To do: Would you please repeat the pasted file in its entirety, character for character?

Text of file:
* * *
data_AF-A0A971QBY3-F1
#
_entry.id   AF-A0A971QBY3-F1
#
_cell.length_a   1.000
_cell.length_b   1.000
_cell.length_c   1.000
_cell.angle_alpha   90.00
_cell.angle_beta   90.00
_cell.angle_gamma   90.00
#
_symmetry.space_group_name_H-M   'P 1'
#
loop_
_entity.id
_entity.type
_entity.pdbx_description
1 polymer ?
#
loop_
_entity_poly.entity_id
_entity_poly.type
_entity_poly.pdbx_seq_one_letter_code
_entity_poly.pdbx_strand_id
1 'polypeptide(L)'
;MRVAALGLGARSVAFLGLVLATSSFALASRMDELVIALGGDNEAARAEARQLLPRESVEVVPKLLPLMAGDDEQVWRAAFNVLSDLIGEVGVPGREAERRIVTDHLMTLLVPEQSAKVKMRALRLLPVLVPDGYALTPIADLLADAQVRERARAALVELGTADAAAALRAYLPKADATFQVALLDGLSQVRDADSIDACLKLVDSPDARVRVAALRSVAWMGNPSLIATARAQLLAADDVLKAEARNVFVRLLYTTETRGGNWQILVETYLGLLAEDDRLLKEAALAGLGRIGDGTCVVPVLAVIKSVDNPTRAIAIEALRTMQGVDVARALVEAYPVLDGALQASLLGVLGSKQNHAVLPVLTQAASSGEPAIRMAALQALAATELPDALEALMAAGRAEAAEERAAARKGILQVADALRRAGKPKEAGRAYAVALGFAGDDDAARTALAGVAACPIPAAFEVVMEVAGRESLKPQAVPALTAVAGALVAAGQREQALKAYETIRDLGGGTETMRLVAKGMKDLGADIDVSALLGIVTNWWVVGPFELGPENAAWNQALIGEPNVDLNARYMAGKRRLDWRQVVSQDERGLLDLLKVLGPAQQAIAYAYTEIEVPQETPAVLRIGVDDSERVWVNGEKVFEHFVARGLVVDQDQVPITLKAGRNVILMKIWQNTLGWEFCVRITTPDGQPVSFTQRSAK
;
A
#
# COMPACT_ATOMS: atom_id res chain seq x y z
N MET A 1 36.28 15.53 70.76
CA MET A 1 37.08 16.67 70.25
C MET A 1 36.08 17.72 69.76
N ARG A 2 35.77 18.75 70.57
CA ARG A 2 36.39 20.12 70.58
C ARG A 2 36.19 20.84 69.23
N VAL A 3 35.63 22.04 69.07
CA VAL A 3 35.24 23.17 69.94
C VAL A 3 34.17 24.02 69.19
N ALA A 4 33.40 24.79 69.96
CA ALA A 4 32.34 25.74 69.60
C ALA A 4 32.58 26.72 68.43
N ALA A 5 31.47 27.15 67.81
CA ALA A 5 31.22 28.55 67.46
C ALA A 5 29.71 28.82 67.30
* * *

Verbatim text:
data_AF-A0A971QBY3-F1
#
_entry.id   AF-A0A971QBY3-F1
#
_cell.length_a   1.000
_cell.length_b   1.000
_cell.length_c   1.000
_cell.angle_alpha   90.00
_cell.angle_beta   90.00
_cell.angle_gamma   90.00
#
_symmetry.space_group_name_H-M   'P 1'
#
loop_
_entity.id
_entity.type
_entity.pdbx_description
1 polymer ?
#
loop_
_entity_poly.entity_id
_entity_poly.type
_entity_poly.pdbx_seq_one_letter_code
_entity_poly.pdbx_strand_id
1 'polypeptide(L)'
;MRVAALGLGARSVAFLGLVLATSSFALASRMDELVIALGGDNEAARAEARQLLPRESVEVVPKLLPLMAGDDEQVWRAAFNVLSDLIGEVGVPGREAERRIVTDHLMTLLVPEQSAKVKMRALRLLPVLVPDGYALTPIADLLADAQVRERARAALVELGTADAAAALRAYLPKADATFQVALLDGLSQVRDADSIDACLKLVDSPDARVRVAALRSVAWMGNPSLIATARAQLLAADDVLKAEARNVFVRLLYTTETRGGNWQILVETYLGLLAEDDRLLKEAALAGLGRIGDGTCVVPVLAVIKSVDNPTRAIAIEALRTMQGVDVARALVEAYPVLDGALQASLLGVLGSKQNHAVLPVLTQAASSGEPAIRMAALQALAATELPDALEALMAAGRAEAAEERAAARKGILQVADALRRAGKPKEAGRAYAVALGFAGDDDAARTALAGVAACPIPAAFEVVMEVAGRESLKPQAVPALTAVAGALVAAGQREQALKAYETIRDLGGGTETMRLVAKGMKDLGADIDVSALLGIVTNWWVVGPFELGPENAAWNQALIGEPNVDLNARYMAGKRRLDWRQVVSQDERGLLDLLKVLGPAQQAIAYAYTEIEVPQETPAVLRIGVDDSERVWVNGEKVFEHFVARGLVVDQDQVPITLKAGRNVILMKIWQNTLGWEFCVRITTPDGQPVSFTQRSAK
;
A
#
# COMPACT_ATOMS: atom_id res chain seq x y z
N MET A 1 36.28 15.53 70.76
CA MET A 1 37.08 16.67 70.25
C MET A 1 36.08 17.72 69.76
N ARG A 2 35.77 18.75 70.57
CA ARG A 2 36.39 20.12 70.58
C ARG A 2 36.19 20.84 69.23
N VAL A 3 35.63 22.04 69.07
CA VAL A 3 35.24 23.17 69.94
C VAL A 3 34.17 24.02 69.19
N ALA A 4 33.40 24.79 69.96
CA ALA A 4 32.34 25.74 69.60
C ALA A 4 32.58 26.72 68.43
N ALA A 5 31.47 27.15 67.81
CA ALA A 5 31.22 28.55 67.46
C ALA A 5 29.71 28.82 67.30